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London and South Western Railway first opened London Waterloo in 1848. Since then, it has expanded to become London's busiest and biggest station.  

1. Does it have to be called 'Waterloo'?

Between 1994 to 2007, Eurostar trains ran to and from London Waterloo. Some French passengers on Eurostar were not always happy about being reminded of Napoleon Bonaparte's defeat every time they entered the station (London Waterloo is named after nearby Waterloo Bridge, which in turn is named after the Battle of Waterloo). To remedy this, a French politician wrote to the Prime Minister asking whether the station could be renamed.  
2. Let's see a London Waterloo

London Waterloo once had its own cinema near platform 1. It opened in 1934 and was operational until 1970. Following the advent of television, it fell into disuse and was demolished in 1988. The cinema was dedicated to screening newsreels, which allowed commuters and other visitors to catch up on current affairs and topical news stories, and later screened cartoons and Hollywood films.  
3. Meet me under the clock

The spot under the four-sided hanging clock at London Waterloo has been a favourite place to meet someone for a romantic rendezvous since the early 1920s. The clock features in the Only Fools and Horses episode, Dates, as a meeting point for Del Boy and Raquel. The clock was made by Gents of Leicester and hangs over the main concourse. 

4. Three men bribe a Waterloo train driver

By the late 1890s, London Waterloo had 16 platforms but only 10 were numbered, and some numbers were duplicated. There was general confusion regarding train departures and a lack of clear and consistent information from conductors. This became the butt of many jokes and Victorian comedy gags. It was even the subject of Punch cartoons. Then in 1889, Jerome K. Jerome published Three Men in a Boat, a humorous tale of three friends who embark on a boating holiday on the River Thames. In Jerome's tale, the characters are unable to find the right train at London Waterloo, so they 'half-crown bribe' a train driver who agrees to take them to Kingston by train from where they can pick up a boat. Jerome was naturally keen to poke fun at a well-known problem at one of London's busiest, expanding stations.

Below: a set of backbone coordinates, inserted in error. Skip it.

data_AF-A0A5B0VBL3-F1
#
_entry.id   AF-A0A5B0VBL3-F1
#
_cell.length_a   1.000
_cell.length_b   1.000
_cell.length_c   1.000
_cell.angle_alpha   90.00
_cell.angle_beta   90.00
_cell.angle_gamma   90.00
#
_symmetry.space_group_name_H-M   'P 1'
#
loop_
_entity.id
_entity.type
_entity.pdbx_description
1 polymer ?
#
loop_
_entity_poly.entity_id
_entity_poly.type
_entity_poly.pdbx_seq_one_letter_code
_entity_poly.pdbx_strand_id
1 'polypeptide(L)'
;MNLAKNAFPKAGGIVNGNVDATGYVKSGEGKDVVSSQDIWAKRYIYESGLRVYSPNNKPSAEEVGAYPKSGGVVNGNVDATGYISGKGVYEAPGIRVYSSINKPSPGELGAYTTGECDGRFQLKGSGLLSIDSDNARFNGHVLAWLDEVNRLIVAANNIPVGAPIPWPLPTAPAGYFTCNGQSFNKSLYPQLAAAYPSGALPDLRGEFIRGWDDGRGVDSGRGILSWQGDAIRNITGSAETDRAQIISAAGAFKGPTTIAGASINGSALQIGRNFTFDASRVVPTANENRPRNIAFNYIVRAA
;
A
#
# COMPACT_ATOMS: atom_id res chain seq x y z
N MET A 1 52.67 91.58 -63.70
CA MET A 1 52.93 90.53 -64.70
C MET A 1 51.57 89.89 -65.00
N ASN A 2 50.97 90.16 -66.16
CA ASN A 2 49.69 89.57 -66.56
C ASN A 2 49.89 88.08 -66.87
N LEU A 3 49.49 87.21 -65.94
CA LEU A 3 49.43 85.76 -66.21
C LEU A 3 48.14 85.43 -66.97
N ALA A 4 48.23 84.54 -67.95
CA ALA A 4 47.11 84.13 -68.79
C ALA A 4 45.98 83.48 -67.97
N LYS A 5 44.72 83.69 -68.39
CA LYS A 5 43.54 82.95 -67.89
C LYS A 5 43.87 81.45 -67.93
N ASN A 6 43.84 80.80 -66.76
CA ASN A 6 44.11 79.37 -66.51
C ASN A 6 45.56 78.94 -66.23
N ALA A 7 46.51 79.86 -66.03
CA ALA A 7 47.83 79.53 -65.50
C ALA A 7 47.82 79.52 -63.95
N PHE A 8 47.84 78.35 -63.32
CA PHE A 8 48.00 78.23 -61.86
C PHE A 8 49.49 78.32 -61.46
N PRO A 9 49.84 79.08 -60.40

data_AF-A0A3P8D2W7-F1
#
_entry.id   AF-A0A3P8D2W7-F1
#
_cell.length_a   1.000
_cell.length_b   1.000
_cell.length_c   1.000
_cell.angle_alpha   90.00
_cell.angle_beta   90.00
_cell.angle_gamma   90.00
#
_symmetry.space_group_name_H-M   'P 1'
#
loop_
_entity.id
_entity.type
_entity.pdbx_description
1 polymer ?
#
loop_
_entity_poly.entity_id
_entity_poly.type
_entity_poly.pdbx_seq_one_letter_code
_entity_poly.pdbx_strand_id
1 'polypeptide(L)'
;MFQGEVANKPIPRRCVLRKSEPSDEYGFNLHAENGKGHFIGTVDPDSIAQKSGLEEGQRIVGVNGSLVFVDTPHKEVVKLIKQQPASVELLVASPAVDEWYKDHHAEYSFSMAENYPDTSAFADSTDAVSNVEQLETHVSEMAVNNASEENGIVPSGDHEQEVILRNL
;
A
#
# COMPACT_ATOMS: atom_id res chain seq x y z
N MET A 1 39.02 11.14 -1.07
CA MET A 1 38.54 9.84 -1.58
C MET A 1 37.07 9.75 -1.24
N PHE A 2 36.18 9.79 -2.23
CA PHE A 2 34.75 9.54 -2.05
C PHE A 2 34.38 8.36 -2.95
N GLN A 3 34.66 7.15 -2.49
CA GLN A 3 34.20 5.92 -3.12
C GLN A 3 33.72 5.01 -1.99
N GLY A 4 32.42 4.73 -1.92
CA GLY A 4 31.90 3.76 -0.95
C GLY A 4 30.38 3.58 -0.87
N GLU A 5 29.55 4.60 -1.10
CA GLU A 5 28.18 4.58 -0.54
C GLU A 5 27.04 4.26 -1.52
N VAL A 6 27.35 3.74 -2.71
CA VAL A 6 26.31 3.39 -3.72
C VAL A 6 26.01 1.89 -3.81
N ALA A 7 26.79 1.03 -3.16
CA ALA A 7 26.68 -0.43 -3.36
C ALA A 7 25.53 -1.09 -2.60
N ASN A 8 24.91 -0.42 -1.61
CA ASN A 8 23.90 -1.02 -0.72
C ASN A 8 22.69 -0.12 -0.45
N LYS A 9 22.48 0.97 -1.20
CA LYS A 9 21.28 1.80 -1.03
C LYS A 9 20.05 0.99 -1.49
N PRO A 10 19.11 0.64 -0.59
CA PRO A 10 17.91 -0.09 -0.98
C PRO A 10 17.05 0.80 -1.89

5. Let's see a theatre London Waterloo

Waterloo Station was the setting for a successful production of The Railway Children, E. Nesbit's 1906 children's book. This was site-specific theatre at its best, with the action taking place around the former Eurostar terminal at London Waterloo. Audience members sit on either side of two platforms, facing each other, while the use of theatrical smoke and sound effects helped to bring the world of steam trains and train travel to life.   

The presence of the station in the Waterloo area means that connections are good for anyone who wants to rent or buy, and it is the ideal location for property investors to let property. Find out more about the Waterloo area.